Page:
The Dutch East Indies, in the late 19th century. Capt. Hanson of the "Batavia Queen" is preparing to embark on a salvage expedition. His mistress, Laura, knows the location of a ship ... See full summary »
Racked by earthquakes and volcanos, Japan is slowly sinking into the sea. A race against time and tide begins as Americans and Japanese work together to salvage some fraction of the ... See full summary »
The Dutch East Indies, at the end of the nineteenth century. An adventurous captain of an American merchant vessel is looking for a sunken Dutch vessel containing 10,000 precious diamonds. ... See full summary »
Mike, a famed racing driver and an old flame of hers, is worried that Laura may be ill. Tricking her into a doctor's examination, she discovers she is; a brain operation to remove a tumor ... See full summary »
Set in the ancient past when humans and dinosaurs lived together, a small tribe is struggling to survive by giving a sacrifice of a blond woman to their god, the sun, in return for ... See full summary »
Burt Lancaster plays a pirate with a taste for intrigue and acrobatics who involves himself in the goings on of a revolution in the Caribbean in the late 1700s. A light hearted adventure ... See full summary »
Gregory Lind is the junior priest at Our Lady of the Assumption, a Catholic parish in Albuquerque, New Mexico. Life at the parish is not perfect for Greg, as he is beginning to have ... See full summary »
As a gang of youths terrorizes a city, the weary chief of police finds himself caught between the citizens who cry for blood and a catholic priest who believes the boys will respond to ... See full summary »
The Dutch East Indies, in the late 19th century. Capt. Hanson of the "Batavia Queen" is preparing to embark on a salvage expedition. His mistress, Laura, knows the location of a ship belonging to her late husband, a shipwreck concealing a cargo of rare pearls. A diver and a diving bell are aboard ship. But a government agent coerces Hanson into accepting a shipment of convicts for the ship's hold. The wreck lies dangerously close to the erupting volcano on the island of Krakatoa, where Laura's young son attends the convent school... Written by
During filming, the Cinerama cameras made so much noise that they drowned out the dialogue. All of the dialogue spoken in the film was re-recorded in post-production. See more »
Near the start of the film, some boys are looking at the volcano through wooden tubes. As they do not have any lenses, all this would do would be to restrict the boys' field of view. See more »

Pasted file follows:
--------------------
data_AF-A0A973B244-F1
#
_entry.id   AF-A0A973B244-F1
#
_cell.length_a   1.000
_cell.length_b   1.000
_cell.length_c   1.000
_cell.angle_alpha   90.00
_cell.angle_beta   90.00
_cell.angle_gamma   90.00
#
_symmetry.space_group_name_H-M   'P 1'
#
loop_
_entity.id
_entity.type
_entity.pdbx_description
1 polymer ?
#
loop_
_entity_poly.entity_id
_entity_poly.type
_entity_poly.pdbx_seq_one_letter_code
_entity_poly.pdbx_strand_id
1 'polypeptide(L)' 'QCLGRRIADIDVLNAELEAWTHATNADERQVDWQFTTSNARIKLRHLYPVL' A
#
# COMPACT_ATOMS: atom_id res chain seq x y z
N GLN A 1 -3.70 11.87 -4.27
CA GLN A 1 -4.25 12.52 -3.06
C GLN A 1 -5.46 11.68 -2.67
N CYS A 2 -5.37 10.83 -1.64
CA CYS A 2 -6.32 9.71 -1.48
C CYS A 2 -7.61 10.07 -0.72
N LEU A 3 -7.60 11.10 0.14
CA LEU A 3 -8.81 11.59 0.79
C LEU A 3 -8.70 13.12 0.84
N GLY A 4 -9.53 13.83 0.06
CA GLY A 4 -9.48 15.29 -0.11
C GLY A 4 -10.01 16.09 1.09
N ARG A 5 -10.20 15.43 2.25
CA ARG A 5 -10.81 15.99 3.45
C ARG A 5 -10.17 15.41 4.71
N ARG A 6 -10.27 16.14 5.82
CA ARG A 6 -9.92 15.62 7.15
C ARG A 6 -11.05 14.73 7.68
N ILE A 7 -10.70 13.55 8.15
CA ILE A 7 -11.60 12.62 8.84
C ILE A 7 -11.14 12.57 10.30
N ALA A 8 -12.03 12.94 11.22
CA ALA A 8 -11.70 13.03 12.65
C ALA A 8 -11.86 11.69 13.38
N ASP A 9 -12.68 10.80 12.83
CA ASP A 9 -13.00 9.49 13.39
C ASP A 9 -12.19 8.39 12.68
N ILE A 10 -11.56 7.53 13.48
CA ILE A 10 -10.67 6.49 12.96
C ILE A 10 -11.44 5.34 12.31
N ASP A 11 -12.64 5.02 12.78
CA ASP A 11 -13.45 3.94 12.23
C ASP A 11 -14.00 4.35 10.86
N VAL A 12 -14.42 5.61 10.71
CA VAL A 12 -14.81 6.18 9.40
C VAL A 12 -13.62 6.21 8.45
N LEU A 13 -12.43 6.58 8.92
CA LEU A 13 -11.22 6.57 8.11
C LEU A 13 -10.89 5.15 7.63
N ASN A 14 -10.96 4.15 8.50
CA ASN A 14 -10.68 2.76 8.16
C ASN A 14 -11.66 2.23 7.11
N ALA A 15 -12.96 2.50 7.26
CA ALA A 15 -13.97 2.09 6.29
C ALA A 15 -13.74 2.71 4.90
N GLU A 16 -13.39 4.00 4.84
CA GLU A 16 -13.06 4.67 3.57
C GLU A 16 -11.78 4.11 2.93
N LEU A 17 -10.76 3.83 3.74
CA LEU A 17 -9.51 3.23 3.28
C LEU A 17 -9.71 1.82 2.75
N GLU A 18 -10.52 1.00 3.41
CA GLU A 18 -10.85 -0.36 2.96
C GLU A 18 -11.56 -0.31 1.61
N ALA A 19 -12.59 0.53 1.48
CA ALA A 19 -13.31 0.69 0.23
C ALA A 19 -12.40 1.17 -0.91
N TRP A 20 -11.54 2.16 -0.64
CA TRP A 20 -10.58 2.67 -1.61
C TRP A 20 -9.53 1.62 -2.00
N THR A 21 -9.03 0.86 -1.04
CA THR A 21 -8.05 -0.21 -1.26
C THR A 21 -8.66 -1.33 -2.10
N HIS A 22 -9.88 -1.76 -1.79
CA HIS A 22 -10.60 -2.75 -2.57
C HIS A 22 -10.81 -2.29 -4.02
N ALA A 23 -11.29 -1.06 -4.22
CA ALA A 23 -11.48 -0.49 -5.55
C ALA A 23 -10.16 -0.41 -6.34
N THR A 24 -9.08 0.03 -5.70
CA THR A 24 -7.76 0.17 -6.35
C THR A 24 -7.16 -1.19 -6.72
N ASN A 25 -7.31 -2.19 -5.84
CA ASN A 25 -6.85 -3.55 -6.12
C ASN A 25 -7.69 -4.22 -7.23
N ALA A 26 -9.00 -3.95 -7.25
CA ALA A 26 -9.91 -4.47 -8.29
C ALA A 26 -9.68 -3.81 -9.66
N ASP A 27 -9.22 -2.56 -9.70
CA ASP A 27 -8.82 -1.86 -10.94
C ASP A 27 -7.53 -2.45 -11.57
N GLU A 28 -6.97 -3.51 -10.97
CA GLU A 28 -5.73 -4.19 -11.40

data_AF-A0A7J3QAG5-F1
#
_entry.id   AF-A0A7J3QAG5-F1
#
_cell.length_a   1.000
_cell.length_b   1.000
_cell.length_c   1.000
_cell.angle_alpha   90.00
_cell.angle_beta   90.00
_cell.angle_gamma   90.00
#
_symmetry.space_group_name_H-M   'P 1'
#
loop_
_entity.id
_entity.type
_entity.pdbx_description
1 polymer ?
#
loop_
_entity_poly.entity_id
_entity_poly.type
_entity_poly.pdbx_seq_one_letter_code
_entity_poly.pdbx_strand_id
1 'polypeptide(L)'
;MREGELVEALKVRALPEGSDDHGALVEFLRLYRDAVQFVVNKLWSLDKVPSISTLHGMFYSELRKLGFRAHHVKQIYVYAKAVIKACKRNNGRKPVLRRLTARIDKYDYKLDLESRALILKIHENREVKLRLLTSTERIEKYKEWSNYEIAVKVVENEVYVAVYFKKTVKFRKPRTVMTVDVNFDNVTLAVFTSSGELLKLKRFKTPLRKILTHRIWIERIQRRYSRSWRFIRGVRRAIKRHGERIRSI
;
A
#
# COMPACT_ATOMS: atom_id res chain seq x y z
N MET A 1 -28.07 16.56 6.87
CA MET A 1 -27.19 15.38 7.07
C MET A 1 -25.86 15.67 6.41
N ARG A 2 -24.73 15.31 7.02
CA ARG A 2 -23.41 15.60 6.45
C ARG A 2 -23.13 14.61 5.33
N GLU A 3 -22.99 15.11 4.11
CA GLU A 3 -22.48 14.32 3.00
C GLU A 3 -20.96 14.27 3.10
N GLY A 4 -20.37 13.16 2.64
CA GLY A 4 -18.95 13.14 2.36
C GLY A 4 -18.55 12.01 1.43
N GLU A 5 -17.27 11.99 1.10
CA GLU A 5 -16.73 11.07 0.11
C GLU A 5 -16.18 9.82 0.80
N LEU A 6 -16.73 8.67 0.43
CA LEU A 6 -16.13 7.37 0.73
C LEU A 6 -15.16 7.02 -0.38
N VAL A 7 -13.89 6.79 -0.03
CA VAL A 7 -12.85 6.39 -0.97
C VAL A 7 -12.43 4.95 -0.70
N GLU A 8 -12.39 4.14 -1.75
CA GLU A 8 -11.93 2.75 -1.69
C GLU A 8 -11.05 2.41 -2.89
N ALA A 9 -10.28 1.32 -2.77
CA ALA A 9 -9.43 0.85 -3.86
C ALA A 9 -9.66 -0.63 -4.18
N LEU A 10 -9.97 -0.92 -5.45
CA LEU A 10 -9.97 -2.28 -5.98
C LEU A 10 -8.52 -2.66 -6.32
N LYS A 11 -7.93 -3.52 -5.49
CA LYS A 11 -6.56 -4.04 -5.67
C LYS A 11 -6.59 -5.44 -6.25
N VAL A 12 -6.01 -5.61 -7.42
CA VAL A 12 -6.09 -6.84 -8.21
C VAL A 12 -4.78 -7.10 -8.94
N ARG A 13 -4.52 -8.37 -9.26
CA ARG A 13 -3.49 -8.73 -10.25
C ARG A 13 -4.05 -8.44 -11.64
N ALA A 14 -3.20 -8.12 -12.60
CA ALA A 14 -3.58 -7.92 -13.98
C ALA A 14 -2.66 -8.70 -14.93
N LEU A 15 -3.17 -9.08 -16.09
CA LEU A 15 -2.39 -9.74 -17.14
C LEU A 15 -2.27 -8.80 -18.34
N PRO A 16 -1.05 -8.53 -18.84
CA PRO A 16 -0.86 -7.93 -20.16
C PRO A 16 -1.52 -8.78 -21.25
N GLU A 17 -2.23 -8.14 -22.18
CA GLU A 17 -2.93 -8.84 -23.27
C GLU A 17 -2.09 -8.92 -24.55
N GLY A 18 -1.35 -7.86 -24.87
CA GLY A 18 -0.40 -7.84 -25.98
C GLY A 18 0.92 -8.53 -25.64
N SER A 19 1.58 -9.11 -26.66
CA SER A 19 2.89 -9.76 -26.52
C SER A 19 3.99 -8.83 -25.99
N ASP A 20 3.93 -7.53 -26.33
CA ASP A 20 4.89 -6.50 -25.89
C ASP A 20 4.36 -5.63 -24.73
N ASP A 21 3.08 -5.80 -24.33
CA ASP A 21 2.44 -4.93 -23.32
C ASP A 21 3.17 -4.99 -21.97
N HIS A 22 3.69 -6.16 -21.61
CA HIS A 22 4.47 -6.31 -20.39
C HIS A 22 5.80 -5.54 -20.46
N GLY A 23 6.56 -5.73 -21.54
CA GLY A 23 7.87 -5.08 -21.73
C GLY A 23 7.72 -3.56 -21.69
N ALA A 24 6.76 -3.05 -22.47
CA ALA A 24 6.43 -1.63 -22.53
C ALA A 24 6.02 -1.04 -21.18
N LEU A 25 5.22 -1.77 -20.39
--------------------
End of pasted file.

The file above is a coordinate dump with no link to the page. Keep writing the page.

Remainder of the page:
This film was shot using Super Panavision 70 and Todd-AO formats for presentation in single-strip Cinerama. The opening title sequence has the image devided into three frames just like the original three-strip Cinerama. See more »
Waited years to see this, and could've kept waiting but for the suspense of waiting
I have been waiting since 1969 to see this, since it wasn't available on tape, and finally saw it on DVD on widescreen TV, home theater sound, etc, to get as close to the movie theater experience as possible. Too bad, because while the spectacle of all the adventure and effects are grand, the acting, dialog and direction borders on insipid. The director, Kowalski, was interesting with his two 50's sci-fi horror flicks, he was and has been basically a TV director and it shows here. He never really uses the big screen, not to mention Cinerama, to it's potential. He doesn't use the great (like Sal Mineo) and good (like Brian Keith) actors to their full potential. The effects are nice enough, but the same shots are used too often. Where there should be build up of suspense, there's only tedium and passing the time, much like typical 70s network TV fare. The writing is uninspired and much of the dialog is weak. There's plenty of dramatic plot elements to bring together and hit us in the gut, such as the woefully unexplored relationship of Mineo and Jacquie Chan, and this would have been great with a director the caliber of David Lean or Robert Wise. The first 15 minutes are very good and made me think it would be as good as, say, The Sand Pebbles, but alas, no. In the hands of an inspired talent, I dare say it could have had several academy award nominations, including Brian Keith for supporting actor, and it could have run nearly 3 hours and still have been engrossing. Well, MGM wasn't up to snuff in 1968-69, and so this is what we got. Normally, I'd give a 6 to a film like this, but it gets 4 because of all of the wasted potential. Could be a good remake though!
10 of 12 people found this review helpful.
Was this review helpful to you?